When the National September 11 Memorial Museum opens next month at the World Trade Center, visitors will find a stark wall separating them from a repository containing about 8,000 unidentified human remains from the 2001 terrorist attack.
On the wall is a 60-foot-long inscription, in 15-inch letters [...]: “No day shall erase you from the memory of time. Virgil.” [...]
I asked a half-dozen classicists about the use of this inscription at the memorial museum. All but one questioned the choice. — nytimes.com
“Memorial Museum” — is something of a contradiction in terms...
“Museums are about understanding, about making meaning of the past... A memorial fulfills a different need; it’s about remembering and evoking feelings in the viewer, and that function is antithetical to what museums do.”
Reconciling the clashing obligations to recount the history with pinpoint accuracy, to memorialize heroism and to promote healing inevitably required compromise.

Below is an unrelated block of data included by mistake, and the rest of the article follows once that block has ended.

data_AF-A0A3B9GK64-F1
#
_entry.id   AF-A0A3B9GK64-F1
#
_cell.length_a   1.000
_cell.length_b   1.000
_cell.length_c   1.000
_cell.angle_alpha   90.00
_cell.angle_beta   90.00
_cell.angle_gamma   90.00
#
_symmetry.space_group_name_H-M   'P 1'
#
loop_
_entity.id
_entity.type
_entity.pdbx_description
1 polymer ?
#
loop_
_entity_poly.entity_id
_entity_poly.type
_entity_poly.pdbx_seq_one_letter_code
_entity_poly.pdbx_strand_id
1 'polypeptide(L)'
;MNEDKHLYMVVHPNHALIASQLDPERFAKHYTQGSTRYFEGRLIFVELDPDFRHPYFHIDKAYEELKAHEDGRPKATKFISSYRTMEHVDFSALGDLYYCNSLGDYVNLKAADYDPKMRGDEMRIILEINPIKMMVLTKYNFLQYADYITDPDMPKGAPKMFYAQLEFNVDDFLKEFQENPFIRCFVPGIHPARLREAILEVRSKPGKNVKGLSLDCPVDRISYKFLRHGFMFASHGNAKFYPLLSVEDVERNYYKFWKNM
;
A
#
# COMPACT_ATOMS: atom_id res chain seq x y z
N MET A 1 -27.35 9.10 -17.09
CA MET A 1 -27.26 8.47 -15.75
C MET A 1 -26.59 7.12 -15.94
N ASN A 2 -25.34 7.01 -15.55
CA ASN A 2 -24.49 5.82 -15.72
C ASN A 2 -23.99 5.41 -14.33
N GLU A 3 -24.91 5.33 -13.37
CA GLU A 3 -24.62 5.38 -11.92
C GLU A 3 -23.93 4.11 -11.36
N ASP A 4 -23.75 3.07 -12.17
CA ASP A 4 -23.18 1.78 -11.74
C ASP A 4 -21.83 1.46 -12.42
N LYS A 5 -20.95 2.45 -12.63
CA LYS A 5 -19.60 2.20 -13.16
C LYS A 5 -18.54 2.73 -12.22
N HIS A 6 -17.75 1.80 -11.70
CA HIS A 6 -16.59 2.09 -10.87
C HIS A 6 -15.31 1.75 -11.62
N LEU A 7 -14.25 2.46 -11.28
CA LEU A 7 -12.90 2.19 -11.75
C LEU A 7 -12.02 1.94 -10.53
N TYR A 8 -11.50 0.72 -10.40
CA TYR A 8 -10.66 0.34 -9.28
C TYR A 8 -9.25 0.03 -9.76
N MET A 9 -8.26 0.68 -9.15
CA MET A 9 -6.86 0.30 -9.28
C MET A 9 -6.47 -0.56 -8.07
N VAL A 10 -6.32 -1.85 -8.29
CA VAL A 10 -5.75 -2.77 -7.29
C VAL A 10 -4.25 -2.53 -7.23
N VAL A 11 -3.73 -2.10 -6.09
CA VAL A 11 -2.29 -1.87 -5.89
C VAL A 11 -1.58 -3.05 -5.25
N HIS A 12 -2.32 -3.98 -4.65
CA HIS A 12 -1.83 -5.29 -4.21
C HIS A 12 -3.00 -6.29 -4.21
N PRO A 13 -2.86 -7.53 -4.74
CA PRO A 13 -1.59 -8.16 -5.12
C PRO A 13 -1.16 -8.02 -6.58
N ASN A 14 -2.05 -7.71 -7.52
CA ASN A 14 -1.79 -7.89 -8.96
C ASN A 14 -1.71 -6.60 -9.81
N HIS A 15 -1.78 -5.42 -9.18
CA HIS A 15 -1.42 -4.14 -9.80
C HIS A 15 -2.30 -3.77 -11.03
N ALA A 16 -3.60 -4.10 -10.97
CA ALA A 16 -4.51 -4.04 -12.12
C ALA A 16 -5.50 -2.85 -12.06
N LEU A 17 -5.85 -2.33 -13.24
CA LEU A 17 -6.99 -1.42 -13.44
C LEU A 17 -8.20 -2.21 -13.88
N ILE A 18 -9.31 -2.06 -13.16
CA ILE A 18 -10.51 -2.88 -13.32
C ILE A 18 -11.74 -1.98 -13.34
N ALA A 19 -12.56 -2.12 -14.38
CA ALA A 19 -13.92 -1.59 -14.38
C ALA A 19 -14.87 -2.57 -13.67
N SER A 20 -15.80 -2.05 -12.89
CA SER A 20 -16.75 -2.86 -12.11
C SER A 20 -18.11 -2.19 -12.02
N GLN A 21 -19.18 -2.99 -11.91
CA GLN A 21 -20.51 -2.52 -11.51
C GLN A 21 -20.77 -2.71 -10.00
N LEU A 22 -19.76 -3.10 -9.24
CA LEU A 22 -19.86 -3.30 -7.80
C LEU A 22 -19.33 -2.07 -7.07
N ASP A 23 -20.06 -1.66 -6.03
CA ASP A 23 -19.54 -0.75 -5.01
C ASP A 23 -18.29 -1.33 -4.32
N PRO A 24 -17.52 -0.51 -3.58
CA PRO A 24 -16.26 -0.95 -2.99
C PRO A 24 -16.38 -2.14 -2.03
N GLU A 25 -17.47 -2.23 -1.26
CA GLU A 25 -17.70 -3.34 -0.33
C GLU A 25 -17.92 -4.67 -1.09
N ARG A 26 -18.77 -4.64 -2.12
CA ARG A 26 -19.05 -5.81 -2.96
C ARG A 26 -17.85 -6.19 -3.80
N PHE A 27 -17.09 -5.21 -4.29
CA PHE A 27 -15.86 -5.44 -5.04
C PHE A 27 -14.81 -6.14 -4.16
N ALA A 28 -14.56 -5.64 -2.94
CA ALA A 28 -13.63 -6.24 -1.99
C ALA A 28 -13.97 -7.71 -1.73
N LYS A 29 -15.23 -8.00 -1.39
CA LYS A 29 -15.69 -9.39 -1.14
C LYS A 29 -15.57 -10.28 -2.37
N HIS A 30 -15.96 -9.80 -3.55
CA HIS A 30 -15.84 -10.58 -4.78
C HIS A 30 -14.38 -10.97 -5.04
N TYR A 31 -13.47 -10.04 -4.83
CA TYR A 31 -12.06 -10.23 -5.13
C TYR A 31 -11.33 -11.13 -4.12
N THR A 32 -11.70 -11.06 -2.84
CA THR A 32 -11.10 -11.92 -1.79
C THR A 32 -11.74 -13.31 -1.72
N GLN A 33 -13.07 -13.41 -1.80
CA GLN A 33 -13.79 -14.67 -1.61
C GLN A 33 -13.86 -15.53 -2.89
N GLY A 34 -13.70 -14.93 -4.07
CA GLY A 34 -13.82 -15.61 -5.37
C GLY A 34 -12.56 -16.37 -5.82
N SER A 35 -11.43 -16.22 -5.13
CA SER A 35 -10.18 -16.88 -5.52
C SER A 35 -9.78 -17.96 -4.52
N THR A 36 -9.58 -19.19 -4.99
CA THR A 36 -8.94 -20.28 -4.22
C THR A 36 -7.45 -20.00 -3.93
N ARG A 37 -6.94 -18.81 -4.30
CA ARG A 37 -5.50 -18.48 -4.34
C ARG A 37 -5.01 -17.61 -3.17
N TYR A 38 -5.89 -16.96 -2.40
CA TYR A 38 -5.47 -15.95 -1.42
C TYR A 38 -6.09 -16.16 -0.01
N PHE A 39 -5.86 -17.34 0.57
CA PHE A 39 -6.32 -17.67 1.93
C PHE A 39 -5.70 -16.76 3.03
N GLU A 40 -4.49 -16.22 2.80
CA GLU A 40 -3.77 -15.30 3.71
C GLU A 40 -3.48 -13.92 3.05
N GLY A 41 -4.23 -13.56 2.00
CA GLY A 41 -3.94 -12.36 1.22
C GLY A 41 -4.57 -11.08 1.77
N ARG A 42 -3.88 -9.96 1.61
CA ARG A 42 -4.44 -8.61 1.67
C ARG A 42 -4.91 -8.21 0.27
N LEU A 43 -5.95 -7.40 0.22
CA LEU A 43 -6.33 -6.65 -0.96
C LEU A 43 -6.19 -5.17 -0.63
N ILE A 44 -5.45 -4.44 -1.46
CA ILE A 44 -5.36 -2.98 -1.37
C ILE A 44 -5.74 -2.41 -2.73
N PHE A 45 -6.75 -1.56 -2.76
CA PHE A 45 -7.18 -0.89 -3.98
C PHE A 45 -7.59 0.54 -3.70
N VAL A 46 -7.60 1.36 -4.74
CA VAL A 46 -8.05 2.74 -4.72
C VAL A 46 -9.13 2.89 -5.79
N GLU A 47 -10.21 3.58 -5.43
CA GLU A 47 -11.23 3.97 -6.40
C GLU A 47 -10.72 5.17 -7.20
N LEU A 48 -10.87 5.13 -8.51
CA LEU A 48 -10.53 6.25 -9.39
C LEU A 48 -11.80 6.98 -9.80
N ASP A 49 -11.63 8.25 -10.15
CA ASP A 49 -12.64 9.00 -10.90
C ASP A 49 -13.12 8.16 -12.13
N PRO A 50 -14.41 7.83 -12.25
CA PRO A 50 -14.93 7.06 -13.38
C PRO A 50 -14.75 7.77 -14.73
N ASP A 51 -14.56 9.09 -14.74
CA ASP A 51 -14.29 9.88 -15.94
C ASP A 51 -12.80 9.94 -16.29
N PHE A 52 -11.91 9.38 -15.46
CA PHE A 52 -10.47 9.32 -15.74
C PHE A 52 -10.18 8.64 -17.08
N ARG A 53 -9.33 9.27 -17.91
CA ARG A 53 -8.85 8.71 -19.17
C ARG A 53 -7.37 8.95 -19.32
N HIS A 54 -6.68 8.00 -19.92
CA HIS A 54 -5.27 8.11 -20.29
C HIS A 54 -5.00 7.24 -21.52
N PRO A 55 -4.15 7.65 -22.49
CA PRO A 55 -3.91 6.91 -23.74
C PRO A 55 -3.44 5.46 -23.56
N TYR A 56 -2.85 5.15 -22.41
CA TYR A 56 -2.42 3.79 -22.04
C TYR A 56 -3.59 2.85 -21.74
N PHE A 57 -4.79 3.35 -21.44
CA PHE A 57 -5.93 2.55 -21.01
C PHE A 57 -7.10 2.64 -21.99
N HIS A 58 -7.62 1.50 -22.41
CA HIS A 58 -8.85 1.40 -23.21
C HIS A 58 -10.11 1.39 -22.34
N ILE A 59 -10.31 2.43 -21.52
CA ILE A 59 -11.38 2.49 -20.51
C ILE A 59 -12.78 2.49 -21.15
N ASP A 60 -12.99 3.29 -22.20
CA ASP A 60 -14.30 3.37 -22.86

No one anticipated how much. — New York Times
Google is committed to providing our users with the richest, most up-to-date maps possible. [...] In this case, the edit for the 9/11 memorial site was made by a map maker user on Sept 12, 2011. — New York Observer
“It’s never good to have a hurricane two weeks before opening,” Matthew Donham told The Observer. Mr. Donham is the project manager at PWP Landscape Architecture, the firm that helped design the memorial plaza with architect Michael Arad. [...] “We’ll actually fair better than a nearby street tree,” Mr. Donham said. — Observer
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